I understand that this Government of the United States
, under which we live, is based upon this principle; and I am misunderstood if it is supposed that I have any war to make upon that principle.
Now, what is Judge Douglas
's Popular Sovereignty?
It is, as a principle, no other than that, if one man chooses to make a slave of another man, neither that other man nor any body else has a right to object.
Applied in Government, as he seeks to apply it, it is this: If, in a new Territory into which a few people are beginning to enter for the purpose of making their homes, they choose to either exclude slavery from their limits, or to establish it there, however one or the other may affect the persons to be enslaved, or the infinitely greater number of persons who are afterward to inhabit that Territory, or the other members of the families of communities.
of which they are but an incipient member, or the general head of the family of States as parent of all-however their action may affect one or the other of these, there is no power or right to interfere.
That is Douglas
's popular sovereignty applied.
He has a good deal of trouble with popular sovereignty.
His explanations explanatory of explanations explained are interminable.
The most lengthy, and, as I suppose: the most maturely considered of his long series of explanations, is his great essay in Harper
I will not attempt to enter on any very thorough investigation of his argument, as there made and presented.
I will nevertheless occupy a good portion of your time here in drawing your attention to certain points in it. Such of you as may have rend this document will have perceived that the Judge
, early in the document, quotes from two persons as belonging to the Republican party, without naming them, but who can readily be recognized as being Gov. Seward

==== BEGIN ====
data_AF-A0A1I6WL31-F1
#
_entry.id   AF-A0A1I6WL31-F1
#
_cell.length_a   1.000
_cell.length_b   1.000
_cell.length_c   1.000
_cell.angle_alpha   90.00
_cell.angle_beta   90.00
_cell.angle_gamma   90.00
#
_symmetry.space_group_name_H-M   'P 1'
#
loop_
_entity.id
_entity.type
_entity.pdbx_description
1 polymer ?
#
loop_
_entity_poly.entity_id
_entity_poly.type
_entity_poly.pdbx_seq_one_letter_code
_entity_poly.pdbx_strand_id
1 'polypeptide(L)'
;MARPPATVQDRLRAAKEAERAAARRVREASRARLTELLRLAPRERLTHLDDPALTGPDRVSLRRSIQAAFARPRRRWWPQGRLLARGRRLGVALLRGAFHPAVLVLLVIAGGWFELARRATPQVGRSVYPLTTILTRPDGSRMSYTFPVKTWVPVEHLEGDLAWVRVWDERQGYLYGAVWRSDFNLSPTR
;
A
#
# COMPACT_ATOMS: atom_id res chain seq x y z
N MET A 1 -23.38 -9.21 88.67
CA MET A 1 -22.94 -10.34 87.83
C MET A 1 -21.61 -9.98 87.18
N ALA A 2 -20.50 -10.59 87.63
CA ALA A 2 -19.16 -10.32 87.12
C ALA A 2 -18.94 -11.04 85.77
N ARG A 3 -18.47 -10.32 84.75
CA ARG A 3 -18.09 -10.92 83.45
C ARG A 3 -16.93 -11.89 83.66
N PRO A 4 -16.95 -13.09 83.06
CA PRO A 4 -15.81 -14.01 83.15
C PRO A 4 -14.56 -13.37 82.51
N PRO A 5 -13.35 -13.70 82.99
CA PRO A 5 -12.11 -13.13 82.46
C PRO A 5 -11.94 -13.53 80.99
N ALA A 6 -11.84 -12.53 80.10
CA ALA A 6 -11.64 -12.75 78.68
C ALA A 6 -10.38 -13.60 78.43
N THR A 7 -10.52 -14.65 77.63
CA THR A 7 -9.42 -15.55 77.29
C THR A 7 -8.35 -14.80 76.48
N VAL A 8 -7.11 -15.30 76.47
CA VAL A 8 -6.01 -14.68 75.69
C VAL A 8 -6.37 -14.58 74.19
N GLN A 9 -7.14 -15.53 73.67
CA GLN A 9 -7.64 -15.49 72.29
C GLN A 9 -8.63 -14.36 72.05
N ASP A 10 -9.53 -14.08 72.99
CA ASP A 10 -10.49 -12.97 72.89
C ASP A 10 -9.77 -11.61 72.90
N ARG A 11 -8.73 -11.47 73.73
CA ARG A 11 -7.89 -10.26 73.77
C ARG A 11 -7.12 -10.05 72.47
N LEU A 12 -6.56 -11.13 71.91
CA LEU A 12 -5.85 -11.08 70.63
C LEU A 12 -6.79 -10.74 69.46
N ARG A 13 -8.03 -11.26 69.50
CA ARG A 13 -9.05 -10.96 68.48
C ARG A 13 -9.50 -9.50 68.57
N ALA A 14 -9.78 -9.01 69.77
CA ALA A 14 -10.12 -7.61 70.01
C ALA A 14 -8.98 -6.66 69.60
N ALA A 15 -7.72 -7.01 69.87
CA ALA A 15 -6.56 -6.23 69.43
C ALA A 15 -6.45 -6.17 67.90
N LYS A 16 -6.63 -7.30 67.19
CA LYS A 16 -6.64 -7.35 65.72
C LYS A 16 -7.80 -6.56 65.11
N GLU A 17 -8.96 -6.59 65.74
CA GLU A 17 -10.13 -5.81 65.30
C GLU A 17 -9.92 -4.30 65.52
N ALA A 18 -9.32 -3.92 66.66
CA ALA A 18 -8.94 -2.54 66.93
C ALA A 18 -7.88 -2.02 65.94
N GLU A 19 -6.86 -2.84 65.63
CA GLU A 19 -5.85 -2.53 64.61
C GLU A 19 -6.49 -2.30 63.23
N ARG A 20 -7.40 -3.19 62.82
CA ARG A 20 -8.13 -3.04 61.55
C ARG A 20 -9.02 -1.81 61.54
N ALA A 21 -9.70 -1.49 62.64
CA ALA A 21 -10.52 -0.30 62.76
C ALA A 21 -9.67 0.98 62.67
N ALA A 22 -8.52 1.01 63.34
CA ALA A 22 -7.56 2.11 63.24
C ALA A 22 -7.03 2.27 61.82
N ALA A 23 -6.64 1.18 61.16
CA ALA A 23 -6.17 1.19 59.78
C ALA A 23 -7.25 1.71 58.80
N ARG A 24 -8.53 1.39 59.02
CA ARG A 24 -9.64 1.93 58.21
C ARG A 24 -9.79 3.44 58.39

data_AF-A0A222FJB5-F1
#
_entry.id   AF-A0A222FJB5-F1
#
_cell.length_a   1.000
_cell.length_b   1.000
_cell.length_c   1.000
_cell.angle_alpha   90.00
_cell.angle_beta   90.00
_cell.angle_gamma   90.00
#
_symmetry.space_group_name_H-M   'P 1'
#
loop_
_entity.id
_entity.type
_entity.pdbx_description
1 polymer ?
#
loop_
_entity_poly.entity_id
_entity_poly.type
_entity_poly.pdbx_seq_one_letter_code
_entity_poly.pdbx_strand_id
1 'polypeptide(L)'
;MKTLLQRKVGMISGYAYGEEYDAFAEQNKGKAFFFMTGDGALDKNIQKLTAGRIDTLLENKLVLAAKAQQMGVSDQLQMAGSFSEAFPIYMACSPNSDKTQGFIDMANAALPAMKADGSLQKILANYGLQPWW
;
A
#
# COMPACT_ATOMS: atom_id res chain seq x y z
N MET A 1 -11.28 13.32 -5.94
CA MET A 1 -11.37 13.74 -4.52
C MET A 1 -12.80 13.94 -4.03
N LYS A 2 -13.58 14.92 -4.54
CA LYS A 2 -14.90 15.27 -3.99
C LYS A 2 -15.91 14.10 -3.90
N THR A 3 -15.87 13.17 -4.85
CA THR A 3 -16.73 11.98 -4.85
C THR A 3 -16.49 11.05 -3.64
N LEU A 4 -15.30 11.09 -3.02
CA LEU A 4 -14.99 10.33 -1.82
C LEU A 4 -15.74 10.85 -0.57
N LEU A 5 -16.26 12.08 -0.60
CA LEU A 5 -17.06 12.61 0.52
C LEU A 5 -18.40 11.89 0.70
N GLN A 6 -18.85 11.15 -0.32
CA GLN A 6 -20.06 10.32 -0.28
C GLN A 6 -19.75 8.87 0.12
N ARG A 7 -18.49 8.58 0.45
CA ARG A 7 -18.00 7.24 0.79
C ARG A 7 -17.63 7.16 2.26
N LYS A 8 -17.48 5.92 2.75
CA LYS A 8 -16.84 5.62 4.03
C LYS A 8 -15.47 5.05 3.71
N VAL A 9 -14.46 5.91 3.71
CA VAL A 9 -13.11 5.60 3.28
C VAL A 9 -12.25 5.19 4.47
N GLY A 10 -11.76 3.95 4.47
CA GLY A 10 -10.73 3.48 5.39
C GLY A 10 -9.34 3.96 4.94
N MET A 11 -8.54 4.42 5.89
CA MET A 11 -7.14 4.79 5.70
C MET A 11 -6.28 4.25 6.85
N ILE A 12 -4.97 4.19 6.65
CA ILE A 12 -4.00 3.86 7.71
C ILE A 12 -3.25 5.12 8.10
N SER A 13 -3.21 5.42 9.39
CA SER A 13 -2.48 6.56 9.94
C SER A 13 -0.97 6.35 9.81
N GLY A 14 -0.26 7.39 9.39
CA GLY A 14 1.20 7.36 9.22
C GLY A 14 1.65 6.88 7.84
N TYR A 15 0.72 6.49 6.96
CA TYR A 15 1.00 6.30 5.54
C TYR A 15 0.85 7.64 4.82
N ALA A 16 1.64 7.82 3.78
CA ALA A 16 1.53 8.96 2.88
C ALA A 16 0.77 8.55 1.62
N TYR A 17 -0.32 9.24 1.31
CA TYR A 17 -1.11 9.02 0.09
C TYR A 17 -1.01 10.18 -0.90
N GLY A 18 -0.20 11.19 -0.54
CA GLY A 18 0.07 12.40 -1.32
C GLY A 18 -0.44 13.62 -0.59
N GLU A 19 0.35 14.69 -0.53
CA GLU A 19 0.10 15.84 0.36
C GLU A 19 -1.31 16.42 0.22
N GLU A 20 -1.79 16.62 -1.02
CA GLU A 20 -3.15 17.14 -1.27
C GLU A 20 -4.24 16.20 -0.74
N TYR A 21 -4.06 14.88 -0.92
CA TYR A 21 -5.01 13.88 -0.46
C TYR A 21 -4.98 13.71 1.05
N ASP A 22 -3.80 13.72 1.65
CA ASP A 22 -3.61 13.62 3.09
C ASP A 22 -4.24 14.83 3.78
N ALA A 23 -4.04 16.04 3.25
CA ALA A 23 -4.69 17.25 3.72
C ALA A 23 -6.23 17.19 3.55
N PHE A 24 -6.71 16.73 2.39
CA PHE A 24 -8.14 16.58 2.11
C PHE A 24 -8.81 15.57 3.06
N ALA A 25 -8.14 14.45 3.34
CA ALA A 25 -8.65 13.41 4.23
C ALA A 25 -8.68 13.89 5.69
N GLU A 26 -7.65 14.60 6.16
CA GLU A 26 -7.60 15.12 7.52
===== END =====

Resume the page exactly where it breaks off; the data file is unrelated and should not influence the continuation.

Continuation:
of New York and myself: It is true, that exactly fifteen months ago this day, I believe, I for the first time expressed a sentiment upon this subject, and in such manner that it should get into print, that the public might see it beyond the circle of my hearers; and my expression of it at that time is the quotation that Judge Douglas
He has not made the quotation with accuracy, but justice to him requires me to say that it is sufficiently accurate not to change its sense.
The sense of that quotation condensed is this — that this slavery element is a durable element of discord among us, and that we shall probably not have perfect peace in this country with it until it either masters the free principle in our Government, or is so far mastered by the free principle as for the public mind to rest in the belief that it is going to its end. This sentiment, which I now express in this way, was, at no great distance of time, perhaps in different language, and in connection with some collateral ideas, expressed by Gov. Seward
. Judge Douglas
has been so much annoyed by the expression of that sentiment that he has constantly, I believe, in almost all his speeches since it was uttered, been referring to it. I find he alluded to it in his speech here, as well as in the copy-right essay.
I do not now enter upon this for the purpose of making an elaborate argument to show that me were right in the expression of that sentiment.
In other words, I shall not stop to say all that might properly be said upon this point; but I only ask your attention to it for the purpose of making one or two point upon it.
If you will read the copy-right essay, you will discover that Judge Douglas
himself says a controversy between the American Colonies
and the Government
of Great Britain
began on the slavery question in 1699, and continued from that time until the Revolution; and, while he did not say so, we all know that it has continued with more or less violence ever since the Revolution.
Then we need not appeal to history, to the declarations of the framers of the Government
, but me know from Judge Douglas
himself that slavery began to be an clement of discord among the white people of this country as far back as 1699, or one hundred and sixty years ago, or five generations of men-counting thirty years to a generation.
Now it would seem to me that it might have occurred to Judge Douglas
, or any body who had turned his attention to these facts, that there was something in the nature of that thing, slavery, somewhat durable for mischief and discord.